Musings from Beyond the Boundary | 19 August


With the days beginning to lengthen, thoughts of spring had already begun to germinate before the past fortnight brought the prospect of another summer of cricket into full focus.

First, there was the return of Test cricket and a thoroughly absorbing first Test match in Sri Lanka – good to see Will Somerville making a big contribution once again. From the school of obscure statistics, and with thanks to ESPNCricinfo, his second innings 40 not out was the longest (in terms of balls faced) at number 9, 10 or 11 by a visitor in a Test in Sri Lanka. Interestingly, he took the record from Paul Wiseman, another New Zealand off-spinner.

The domestic schedules have been released and we can look forward to plenty of domestic cricket in Auckland, even if the international viewing opportunities are few and far between. The main change to the calendar is a split Ford Trophy, with 50 over cricket in November and then resuming again in late January heading towards a mid-February Final. In between times the Super Smash returns, with plenty of men’s and women’s double-headers all over the country through the holiday period.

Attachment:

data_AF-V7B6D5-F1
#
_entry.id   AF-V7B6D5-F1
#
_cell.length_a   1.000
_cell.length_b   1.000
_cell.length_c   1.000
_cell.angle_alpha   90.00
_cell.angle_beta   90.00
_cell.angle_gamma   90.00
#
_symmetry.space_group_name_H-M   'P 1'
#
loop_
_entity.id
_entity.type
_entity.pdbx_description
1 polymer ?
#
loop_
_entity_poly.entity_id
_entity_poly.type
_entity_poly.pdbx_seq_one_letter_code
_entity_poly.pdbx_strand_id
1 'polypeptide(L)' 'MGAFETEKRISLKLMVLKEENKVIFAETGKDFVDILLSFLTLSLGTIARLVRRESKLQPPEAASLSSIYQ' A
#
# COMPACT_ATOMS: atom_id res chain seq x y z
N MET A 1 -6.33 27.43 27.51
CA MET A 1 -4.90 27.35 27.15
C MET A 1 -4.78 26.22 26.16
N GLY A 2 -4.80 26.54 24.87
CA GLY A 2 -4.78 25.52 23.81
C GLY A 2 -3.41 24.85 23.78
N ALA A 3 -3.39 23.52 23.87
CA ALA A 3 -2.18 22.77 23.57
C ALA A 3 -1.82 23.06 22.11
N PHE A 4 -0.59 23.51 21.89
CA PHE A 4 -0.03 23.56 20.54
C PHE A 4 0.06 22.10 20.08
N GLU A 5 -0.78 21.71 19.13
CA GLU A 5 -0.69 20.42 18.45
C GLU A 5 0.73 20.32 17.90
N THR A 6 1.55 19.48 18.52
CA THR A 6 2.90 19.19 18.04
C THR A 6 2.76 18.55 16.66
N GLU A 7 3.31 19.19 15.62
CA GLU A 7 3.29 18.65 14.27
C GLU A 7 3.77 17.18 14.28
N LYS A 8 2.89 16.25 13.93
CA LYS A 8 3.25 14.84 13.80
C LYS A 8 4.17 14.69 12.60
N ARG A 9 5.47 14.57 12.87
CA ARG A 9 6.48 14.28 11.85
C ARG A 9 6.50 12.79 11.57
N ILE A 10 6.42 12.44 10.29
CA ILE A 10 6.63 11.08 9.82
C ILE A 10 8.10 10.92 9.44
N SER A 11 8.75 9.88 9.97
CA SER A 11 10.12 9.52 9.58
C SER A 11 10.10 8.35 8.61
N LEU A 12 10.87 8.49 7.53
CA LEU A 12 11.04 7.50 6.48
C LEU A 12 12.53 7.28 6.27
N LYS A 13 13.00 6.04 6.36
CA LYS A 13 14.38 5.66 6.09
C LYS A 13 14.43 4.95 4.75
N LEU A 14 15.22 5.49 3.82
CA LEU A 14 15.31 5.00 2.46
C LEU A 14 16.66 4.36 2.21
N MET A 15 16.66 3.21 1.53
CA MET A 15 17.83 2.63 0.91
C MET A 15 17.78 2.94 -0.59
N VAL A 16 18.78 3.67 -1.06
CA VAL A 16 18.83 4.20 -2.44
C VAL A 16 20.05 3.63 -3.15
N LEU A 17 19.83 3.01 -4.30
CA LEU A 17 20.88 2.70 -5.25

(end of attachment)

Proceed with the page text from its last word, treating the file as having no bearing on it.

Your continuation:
And in a summer when international women’s cricket returns to Eden Park over Anniversary Weekend, we also have the opportunity to see Hallyburton Johnstone Trophy action on the Outer Oval when the Hearts take on the Canterbury Magicians in two 50-over matches at the end of November.

It has been a huge week for women’s cricket with the announcement of a women’s T20 competition in the 2022 Birmingham Commonwealth Games coming immediately after the unveiling of the new Master Agreement covering our leading female cricketers over the next three years.

The expanded number of White Ferns’ contracts on offer and the increased remuneration available are major steps forward. Over the last couple of seasons players have been brought into the team from outside the contracted group, creating challenges for cricketers otherwise in full-time employment outside the game.